Artists are working tirelessly behind the scenes and around the clock to bring to life their epic stories, ideas and art to the people of Wellington for the NZ Fringe. We go behind the scenes in to the life of Ben Powdrell as he prepares for DILF. His show opens Wednesday 1st and plays until Saturday 4th at BATS Theatre.
Kia ora koutou,
And it’s been a crazy ride getting the show to where it is. Most days this is me at work at Weta Digital, stealing moments to write/re-write script, go over lines and do producer jobs like trying to promote the show.
(BTW - This is the most you’ll ever see inside Weta Digital). I don’t do Sudoku or crosswords - but hopefully all this brain activity will help hold off early on set dementia...time will tell.
Reception desk at work. Nice to see my colleagues getting in to the spirit!
The good thing about doing a largely solo show is the rehearsals can happen anywhere anytime. I’ve been pacing around running lines and blocking in my head like a madman for weeks now. I’m sure for some thespos they can trust their brains to handle lots of script retention - but I’ve punished my brain with lots of varied chemicals over the years - so I can’t trust myself.
Rehearsing at my kids school hall. One of the perks of becoming a school Board of Trustee!
Thanks to my director/BFF Dean Hewison for all his dramaturg wizardry. The man has an exacting eye for timing and comedy - so I owe him big time for where he has been able to hone my performance. And he’s such a good writer that he’s great at throwing out line suggestions.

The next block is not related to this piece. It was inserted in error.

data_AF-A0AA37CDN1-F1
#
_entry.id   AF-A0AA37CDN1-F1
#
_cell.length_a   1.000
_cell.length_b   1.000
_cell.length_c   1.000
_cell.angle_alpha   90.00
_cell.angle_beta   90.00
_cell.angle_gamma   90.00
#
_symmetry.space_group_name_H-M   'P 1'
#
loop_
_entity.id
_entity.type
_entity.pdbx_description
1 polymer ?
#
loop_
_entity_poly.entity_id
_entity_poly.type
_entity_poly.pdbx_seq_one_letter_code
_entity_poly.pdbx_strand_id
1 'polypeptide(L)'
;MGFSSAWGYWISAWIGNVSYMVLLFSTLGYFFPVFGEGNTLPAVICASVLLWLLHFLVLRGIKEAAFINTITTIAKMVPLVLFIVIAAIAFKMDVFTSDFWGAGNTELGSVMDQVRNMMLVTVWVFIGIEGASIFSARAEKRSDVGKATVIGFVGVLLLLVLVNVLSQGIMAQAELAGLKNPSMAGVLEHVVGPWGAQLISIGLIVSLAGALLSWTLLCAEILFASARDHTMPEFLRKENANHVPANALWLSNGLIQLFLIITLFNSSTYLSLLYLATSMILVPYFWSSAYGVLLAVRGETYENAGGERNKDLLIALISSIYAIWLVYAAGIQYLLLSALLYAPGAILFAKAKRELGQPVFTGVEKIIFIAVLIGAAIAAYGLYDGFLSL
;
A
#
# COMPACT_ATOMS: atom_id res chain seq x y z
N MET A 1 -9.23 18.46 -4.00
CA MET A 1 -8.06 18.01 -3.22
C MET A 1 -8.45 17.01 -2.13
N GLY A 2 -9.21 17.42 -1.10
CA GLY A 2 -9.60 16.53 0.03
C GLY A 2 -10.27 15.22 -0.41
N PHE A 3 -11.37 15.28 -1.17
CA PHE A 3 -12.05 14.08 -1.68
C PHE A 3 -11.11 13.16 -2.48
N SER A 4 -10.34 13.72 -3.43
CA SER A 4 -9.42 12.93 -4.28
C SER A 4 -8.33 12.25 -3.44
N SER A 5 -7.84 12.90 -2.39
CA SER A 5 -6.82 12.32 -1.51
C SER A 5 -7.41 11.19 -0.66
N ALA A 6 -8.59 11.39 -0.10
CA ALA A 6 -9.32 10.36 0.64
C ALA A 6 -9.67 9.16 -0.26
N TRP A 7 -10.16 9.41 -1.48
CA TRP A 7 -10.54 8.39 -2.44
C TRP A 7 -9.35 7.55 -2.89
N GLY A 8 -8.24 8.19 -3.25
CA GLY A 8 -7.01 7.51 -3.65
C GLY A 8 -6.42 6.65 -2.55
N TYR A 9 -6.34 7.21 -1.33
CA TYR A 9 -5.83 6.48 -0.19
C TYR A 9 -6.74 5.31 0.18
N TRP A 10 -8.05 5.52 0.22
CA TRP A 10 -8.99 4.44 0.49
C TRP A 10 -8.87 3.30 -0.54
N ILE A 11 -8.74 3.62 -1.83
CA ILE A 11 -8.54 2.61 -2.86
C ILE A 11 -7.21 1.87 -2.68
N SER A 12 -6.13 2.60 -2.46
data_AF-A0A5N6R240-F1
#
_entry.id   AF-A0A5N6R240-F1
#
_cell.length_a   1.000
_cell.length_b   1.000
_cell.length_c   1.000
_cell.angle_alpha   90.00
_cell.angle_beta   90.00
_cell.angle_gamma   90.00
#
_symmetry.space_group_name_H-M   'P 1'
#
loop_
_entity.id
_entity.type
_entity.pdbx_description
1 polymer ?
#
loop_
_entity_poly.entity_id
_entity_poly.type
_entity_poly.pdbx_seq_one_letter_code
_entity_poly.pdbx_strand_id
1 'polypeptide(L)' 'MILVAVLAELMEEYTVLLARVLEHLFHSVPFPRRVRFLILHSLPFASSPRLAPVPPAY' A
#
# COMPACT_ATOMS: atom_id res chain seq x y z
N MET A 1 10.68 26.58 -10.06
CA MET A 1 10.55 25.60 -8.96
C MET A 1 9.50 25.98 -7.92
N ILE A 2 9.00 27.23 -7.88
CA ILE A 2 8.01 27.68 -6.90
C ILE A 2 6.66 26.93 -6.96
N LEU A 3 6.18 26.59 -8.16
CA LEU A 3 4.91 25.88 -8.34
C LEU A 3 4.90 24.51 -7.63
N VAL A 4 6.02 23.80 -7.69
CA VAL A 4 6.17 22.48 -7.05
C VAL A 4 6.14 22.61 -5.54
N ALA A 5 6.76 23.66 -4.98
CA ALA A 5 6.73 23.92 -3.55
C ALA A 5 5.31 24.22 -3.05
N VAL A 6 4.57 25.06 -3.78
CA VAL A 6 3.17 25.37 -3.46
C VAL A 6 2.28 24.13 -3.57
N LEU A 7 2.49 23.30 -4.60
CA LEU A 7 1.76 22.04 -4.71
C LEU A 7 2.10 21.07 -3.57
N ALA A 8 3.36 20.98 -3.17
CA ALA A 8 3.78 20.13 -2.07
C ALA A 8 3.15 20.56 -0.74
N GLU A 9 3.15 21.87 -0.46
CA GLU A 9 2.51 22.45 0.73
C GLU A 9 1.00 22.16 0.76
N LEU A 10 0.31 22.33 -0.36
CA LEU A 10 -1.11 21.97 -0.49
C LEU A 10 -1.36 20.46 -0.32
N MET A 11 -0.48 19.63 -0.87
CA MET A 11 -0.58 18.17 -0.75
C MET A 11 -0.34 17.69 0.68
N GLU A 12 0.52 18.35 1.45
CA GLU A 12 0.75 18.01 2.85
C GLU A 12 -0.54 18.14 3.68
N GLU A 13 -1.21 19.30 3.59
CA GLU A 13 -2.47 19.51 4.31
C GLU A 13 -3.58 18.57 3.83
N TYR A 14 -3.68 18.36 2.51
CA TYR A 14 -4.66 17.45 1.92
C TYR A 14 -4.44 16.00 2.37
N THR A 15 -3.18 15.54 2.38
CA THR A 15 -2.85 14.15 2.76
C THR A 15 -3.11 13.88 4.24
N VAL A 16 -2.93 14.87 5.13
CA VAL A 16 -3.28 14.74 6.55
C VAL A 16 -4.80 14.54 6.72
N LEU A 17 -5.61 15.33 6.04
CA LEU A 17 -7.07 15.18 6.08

Here is Dean deciding if I've been a good actor or a BAD actor and what to use first - the riding crop of the whip. (Hint: I'm always a naughty bad actor that needs to be taught a lesson!)
This is me most nights...
...doing random paint/design jobs on set pieces. I’m no handy-man DIY guy. But painting little bits of set dressing still appeals to my inner caveman and helps me delude myself that I might actually have the necessary skills to survive an apocalyptic event.
Sure, in a zombie apocalypse, I’m on the shitty signage. “Caution - Zombies!!!”
I’m not gonna lie - putting on this show has put me and my whanau under a huge amount of pressure, for a number of reasons.
First there’s the uber personal material I feel compelled to tell the world about. I can’t thank my wife Fran enough for supporting me in telling these stories - considering a LOT of them involve her and are partly HERstory too. Fran has been really strong on pushing me to be sure of my reasons for putting on the show and having that clear in my head before telling the wider community about our private life.
Second - there’s the added pressure that doing the show has put on Fran and my relationship. When I do a show it consumes most of my limited brain space – so Fran struggles with my theatre-zombie headspace. She also finds it ironic that I feel the need to tell the story of how I’ve learnt from my past marital misdemeanors - and in doing so – have to be out away from home for rehearsals and up all night working on it. So I’m not really walking that talk much. So I’m really grateful for Fran’s patience, honesty and support.
One of the reasons I really wanted Fran to be in the show was because I didn’t want to be just another white male comedian on stage telling jokes at the expense of his wife and kids. It’s 2017 and I’d like to think I’ve learnt at least something about feminism. Having Fran part of the storytelling and there with me during the shows adds an authenticity and gravity to the stories, but it’s also helped me avoid a lot of sexist pitfalls. Stuff I’d written just to get a cheap laugh - Fran has pulled me up on. Sometimes I wouldn’t even be aware of how something might be taken as sexist or stereotyping towards women. So the show has benefitted hugely from Fran’s involvement.
I’m a lucky man.